Revenge of the Rogues Plot:
As Barry (Grant Gustin) is struggling to train his speed in order to beat Reverse Flash, his old friend, Captain Cold (Wentworth Miller), returns to Central City with the help of a new villain, Heat Wave (Dominic Purcell).
The Flash is back in a spectacular mid-season premiere (albeit with a bunch of the usual glaring plot holes) but in this episode it’s all about the villains.
We spend the episode with a much more mature Barry Allen. The experience with the Reverse Flash has focused Barry and the team on increasing his speed. Unfortunately, for everyone else in Central City, crime fighting has taken a backseat to training and it couldn’t come at a worse time. Leonard Snart/Captain Cold is back and obsessed with beating The Flash. He has help in the form of Heatwave, an old partner of Snart’s, whose hot head and pension for arson have gotten the duo in trouble in the past.
Two things stand out for me in the episode. The first is that we really are dealing with a different Barry this time around. He has a clear goal and he is focused on achieving it. If that meant ignoring Snart this one time, it is worth it to him. Considering that Joe (Jesse L. Martin) is always right, in the end it seemed like Barry was being manipulated by Wells — but Wells (Tom Cavanaugh) logic still held up. Why can’t the police intervene when non meta-humans with superguns like Cold and Heat Wave show up? Maybe if a super-villain clearly wants to just fight The Flash, Barry should stay out of it. Either way, Barry’s new maturity is a really strong step forward to making the series a little more grounded.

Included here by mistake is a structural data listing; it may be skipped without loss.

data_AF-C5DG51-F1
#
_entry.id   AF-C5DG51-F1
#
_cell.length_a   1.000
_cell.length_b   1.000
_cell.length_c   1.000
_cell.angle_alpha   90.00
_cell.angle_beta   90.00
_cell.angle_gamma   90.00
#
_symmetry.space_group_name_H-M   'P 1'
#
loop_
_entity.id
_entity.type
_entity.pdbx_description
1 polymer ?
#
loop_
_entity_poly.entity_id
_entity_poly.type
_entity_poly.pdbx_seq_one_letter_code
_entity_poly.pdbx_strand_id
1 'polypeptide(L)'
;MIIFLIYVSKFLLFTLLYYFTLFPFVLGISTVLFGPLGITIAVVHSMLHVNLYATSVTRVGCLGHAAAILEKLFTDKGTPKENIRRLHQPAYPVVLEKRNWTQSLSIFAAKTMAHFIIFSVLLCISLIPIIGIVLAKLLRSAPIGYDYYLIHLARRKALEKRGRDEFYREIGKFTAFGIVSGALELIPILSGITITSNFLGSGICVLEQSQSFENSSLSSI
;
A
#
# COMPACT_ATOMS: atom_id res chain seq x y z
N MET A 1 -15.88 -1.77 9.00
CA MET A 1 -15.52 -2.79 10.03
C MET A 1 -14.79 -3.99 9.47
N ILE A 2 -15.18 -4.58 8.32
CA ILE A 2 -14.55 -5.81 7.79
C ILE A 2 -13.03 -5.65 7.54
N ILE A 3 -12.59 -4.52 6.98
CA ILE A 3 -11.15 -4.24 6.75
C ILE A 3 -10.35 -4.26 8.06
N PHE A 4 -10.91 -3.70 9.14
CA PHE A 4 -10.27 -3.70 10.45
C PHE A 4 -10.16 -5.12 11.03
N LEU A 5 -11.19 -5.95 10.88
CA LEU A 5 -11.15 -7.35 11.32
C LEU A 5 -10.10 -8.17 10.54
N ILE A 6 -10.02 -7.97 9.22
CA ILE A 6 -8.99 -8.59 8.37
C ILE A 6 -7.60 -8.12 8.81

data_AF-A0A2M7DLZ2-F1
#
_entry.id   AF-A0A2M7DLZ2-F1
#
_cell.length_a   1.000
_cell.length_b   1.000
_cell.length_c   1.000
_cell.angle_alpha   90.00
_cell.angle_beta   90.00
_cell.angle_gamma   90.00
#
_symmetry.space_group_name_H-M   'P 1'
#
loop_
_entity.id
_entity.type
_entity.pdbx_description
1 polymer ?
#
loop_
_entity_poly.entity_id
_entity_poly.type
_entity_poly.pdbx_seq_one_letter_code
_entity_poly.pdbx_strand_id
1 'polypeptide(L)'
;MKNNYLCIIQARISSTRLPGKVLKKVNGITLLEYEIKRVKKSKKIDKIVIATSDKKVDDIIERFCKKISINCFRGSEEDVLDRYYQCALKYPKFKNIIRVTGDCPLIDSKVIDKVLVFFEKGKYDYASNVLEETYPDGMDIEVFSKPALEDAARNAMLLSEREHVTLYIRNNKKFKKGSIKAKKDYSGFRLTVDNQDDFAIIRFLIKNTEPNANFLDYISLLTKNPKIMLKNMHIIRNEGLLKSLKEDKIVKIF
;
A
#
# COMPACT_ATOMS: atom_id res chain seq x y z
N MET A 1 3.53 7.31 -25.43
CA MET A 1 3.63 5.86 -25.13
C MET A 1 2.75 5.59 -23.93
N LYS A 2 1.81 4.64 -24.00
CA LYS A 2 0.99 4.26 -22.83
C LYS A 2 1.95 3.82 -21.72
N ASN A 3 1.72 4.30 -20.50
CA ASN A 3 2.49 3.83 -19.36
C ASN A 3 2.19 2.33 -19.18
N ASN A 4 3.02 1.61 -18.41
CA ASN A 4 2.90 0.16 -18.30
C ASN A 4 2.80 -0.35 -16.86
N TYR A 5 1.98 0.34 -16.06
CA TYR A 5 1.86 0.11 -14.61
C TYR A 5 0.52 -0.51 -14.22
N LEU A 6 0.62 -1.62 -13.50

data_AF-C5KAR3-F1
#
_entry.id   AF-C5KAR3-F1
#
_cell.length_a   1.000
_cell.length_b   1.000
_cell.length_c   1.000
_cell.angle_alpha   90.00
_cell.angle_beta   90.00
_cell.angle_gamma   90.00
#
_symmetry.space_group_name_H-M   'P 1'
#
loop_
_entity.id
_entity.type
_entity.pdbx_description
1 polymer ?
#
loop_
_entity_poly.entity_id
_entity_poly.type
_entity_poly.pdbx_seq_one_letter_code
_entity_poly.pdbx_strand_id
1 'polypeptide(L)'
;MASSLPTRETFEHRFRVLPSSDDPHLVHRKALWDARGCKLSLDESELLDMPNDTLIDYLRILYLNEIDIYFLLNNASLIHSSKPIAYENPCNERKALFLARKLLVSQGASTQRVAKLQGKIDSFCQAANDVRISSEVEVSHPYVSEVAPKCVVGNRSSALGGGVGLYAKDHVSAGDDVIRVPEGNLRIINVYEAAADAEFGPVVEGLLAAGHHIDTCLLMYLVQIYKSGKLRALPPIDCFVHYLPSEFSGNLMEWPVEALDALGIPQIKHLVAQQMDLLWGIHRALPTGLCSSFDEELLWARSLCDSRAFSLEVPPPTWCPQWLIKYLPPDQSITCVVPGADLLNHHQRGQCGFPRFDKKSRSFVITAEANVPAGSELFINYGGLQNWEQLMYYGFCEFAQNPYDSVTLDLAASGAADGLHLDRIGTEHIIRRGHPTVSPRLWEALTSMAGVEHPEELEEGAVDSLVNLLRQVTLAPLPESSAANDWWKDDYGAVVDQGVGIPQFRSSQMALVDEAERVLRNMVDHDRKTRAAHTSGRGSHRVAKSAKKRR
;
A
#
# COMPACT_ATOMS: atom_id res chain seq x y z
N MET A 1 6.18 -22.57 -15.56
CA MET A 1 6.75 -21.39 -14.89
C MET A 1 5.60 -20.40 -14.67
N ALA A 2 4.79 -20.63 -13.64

Speaking of less grounded, the second thing that stood out in this episode is how great Wentworth Miller continues to be. He is quickly becoming my favorite part of this show. Originally, I thought him to be a bit cheesy — his emotionless delivery is easy to mistake for plain old bad acting. It’s really so much more. Snart is calculating and reserved and he knows exactly what he is after. He doesn’t show emotion because he doesn’t need to. That’s not who Captain Cold is. You do, in Revenge of the Rogues, see a couple of moments of actual emotion. He is visibly disappointed when Flash doesn’t show up at the car heist. It’s subtle but it’s there and it really works. I am really excited to see more of him in the future.